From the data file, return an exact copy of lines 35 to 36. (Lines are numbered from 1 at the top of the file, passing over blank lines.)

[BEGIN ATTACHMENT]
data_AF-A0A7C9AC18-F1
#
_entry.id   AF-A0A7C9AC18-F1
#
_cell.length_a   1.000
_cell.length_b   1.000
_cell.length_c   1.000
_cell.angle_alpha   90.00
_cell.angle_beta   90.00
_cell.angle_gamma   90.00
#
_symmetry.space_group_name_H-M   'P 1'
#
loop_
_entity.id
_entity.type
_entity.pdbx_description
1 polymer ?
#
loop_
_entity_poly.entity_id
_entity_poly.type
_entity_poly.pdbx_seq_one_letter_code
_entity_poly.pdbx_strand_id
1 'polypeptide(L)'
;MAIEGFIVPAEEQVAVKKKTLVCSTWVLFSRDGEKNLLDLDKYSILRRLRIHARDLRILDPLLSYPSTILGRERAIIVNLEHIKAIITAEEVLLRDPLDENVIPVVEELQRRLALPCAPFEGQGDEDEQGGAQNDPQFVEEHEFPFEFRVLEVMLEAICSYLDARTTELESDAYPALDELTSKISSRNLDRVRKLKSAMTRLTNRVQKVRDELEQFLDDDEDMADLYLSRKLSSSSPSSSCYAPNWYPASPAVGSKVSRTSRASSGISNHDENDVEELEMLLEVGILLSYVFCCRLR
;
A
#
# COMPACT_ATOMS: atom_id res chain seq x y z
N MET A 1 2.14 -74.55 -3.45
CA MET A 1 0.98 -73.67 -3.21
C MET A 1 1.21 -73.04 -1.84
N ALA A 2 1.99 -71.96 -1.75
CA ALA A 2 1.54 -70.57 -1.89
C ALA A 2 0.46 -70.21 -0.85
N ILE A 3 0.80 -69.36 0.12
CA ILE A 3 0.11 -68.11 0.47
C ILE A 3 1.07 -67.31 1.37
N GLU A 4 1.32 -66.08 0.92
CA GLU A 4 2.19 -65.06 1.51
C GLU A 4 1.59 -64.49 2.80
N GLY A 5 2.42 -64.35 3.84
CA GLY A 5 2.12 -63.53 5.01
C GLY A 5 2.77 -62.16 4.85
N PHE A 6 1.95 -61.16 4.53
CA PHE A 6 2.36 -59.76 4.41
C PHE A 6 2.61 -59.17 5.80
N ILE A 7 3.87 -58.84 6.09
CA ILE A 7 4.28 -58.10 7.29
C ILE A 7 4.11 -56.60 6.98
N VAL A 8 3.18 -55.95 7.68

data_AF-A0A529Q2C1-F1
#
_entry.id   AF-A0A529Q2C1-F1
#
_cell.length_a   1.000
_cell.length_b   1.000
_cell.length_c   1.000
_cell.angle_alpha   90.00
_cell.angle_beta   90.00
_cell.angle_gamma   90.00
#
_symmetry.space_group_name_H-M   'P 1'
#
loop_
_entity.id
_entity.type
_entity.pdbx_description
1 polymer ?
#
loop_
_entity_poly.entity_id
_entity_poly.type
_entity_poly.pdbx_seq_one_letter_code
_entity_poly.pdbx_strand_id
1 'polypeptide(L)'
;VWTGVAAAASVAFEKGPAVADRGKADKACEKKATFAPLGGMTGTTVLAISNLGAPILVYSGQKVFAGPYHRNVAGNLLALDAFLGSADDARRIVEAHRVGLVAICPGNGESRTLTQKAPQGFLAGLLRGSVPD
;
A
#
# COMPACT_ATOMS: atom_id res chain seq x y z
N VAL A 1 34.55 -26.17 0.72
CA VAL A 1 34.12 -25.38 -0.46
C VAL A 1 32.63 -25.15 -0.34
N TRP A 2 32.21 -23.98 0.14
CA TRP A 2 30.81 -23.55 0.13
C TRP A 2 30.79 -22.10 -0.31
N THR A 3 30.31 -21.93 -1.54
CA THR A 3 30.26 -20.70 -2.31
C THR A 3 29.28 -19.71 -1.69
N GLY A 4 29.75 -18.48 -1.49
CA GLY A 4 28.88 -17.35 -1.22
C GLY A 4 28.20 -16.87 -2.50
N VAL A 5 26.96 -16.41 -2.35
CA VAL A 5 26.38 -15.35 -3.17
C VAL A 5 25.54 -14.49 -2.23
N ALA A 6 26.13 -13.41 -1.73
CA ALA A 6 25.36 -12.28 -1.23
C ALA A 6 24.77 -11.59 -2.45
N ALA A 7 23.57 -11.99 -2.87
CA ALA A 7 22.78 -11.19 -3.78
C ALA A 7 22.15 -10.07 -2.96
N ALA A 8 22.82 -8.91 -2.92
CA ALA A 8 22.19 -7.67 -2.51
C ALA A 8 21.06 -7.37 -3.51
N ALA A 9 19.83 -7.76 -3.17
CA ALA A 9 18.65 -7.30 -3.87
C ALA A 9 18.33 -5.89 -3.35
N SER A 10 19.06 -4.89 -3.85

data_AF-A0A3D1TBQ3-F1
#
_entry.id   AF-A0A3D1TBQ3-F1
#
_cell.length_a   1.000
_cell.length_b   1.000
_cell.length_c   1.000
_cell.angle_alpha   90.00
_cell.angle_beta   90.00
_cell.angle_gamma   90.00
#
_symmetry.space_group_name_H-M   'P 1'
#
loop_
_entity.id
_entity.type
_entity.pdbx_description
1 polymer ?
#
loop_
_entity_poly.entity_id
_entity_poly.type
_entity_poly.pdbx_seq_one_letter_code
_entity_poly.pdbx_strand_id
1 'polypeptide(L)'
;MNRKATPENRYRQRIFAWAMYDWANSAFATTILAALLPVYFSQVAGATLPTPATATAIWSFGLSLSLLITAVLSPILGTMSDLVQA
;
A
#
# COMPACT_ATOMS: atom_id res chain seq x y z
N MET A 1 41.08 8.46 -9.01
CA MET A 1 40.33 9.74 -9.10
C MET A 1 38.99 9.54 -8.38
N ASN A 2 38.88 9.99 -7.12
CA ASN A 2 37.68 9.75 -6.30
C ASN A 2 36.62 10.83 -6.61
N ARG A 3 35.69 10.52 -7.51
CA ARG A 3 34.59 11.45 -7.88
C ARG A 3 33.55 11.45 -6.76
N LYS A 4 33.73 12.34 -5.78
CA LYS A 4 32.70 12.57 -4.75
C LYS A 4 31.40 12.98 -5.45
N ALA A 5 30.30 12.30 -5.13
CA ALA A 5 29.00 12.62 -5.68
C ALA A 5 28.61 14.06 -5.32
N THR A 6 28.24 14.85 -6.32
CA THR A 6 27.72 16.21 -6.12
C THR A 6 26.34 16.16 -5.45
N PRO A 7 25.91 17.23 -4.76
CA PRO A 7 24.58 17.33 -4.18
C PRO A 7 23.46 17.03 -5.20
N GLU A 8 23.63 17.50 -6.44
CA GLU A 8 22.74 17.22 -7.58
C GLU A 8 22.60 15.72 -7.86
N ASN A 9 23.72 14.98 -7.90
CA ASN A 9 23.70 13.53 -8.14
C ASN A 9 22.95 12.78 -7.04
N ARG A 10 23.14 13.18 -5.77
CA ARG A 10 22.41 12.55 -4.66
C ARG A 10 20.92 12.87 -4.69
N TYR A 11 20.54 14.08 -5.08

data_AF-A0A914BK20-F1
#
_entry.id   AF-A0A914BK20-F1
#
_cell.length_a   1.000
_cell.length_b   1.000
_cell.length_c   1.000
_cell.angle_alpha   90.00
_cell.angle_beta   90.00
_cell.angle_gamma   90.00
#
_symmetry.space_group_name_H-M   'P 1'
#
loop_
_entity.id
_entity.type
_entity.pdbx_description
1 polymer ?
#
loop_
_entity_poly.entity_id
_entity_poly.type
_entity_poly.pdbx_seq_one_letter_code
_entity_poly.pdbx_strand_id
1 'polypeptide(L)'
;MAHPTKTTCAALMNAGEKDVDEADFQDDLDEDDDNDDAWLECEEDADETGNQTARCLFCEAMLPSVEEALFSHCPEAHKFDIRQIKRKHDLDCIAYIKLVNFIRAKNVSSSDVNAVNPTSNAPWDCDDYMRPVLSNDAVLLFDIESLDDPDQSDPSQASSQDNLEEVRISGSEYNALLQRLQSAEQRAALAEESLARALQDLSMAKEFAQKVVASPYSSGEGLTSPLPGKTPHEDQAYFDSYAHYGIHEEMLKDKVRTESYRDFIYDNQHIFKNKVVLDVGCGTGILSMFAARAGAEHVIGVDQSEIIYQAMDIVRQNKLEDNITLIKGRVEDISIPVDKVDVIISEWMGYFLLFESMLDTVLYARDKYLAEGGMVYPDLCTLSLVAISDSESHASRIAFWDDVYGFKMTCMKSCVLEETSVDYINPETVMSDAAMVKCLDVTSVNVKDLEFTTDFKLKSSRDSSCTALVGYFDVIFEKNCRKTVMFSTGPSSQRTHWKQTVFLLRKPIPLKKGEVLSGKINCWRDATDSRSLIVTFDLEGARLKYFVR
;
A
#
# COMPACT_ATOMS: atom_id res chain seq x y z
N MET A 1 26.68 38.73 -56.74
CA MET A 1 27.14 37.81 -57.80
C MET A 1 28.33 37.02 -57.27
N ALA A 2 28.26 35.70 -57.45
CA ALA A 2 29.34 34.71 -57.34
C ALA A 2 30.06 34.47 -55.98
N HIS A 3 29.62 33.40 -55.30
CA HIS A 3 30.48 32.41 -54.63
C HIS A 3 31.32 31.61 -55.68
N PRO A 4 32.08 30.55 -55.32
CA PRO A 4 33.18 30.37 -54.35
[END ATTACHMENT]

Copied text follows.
CA ALA A 2 1.54 -70.57 -1.89
C ALA A 2 0.46 -70.21 -0.85